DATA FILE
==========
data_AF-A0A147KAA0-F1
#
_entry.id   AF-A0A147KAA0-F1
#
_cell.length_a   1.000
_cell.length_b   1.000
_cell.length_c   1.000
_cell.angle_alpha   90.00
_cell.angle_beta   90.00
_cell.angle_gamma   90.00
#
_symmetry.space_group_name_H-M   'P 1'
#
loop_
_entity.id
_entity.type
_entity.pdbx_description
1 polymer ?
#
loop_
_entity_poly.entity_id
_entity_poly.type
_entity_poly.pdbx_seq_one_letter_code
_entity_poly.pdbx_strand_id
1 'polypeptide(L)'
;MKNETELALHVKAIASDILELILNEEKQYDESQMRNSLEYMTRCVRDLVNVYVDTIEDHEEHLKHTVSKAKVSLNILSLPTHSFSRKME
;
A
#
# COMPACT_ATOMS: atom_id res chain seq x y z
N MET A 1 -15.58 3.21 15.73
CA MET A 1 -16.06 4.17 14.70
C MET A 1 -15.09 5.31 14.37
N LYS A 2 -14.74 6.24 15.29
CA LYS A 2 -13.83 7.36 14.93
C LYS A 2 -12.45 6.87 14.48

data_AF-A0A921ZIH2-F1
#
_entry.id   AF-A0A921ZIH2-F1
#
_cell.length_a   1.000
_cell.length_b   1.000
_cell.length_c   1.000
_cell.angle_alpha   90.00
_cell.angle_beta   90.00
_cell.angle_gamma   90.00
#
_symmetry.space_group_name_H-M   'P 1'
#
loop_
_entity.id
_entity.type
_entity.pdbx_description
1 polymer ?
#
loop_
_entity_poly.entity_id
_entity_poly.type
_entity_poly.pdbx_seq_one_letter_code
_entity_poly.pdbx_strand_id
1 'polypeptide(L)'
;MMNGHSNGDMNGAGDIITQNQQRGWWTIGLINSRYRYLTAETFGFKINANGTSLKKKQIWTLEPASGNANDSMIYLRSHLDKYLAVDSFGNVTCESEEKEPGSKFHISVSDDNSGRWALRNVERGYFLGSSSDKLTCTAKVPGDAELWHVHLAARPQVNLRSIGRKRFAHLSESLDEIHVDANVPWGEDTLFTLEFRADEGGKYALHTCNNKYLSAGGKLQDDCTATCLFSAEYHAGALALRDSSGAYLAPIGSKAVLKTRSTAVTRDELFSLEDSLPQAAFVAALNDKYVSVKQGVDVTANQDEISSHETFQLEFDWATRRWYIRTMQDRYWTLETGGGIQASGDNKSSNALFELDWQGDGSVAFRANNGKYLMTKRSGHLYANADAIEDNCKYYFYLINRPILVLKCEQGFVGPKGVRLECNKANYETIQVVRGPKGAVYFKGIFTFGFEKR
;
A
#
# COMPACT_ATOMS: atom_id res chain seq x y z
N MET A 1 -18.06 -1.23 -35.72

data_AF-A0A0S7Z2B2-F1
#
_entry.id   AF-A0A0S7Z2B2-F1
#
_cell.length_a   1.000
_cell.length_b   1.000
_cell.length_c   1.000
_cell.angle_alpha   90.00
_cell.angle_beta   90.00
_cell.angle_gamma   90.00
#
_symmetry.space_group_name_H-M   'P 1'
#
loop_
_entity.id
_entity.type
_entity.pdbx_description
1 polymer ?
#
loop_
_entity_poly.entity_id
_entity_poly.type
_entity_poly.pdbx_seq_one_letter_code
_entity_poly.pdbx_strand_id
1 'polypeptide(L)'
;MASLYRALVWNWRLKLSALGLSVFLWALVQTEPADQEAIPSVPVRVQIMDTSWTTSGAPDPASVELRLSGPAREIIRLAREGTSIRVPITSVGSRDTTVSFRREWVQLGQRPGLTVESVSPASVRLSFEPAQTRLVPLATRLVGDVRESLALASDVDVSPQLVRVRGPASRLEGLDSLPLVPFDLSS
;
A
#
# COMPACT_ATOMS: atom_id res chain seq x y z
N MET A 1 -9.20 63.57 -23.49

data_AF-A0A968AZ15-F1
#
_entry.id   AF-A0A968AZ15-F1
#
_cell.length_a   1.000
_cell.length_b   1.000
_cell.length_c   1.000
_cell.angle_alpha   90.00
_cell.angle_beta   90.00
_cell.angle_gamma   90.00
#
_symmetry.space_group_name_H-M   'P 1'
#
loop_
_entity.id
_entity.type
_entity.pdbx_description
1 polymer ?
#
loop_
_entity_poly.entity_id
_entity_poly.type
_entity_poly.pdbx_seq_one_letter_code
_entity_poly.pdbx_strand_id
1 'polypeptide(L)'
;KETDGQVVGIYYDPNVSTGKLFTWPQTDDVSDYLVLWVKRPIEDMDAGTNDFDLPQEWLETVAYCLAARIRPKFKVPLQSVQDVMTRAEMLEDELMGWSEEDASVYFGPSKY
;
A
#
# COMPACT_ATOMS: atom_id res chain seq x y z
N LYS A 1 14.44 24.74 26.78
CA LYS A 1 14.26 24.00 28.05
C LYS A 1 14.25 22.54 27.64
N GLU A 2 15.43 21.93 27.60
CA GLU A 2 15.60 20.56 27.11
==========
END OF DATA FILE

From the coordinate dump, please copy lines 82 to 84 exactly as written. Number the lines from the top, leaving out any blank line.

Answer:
_entity.id
_entity.type
_entity.pdbx_description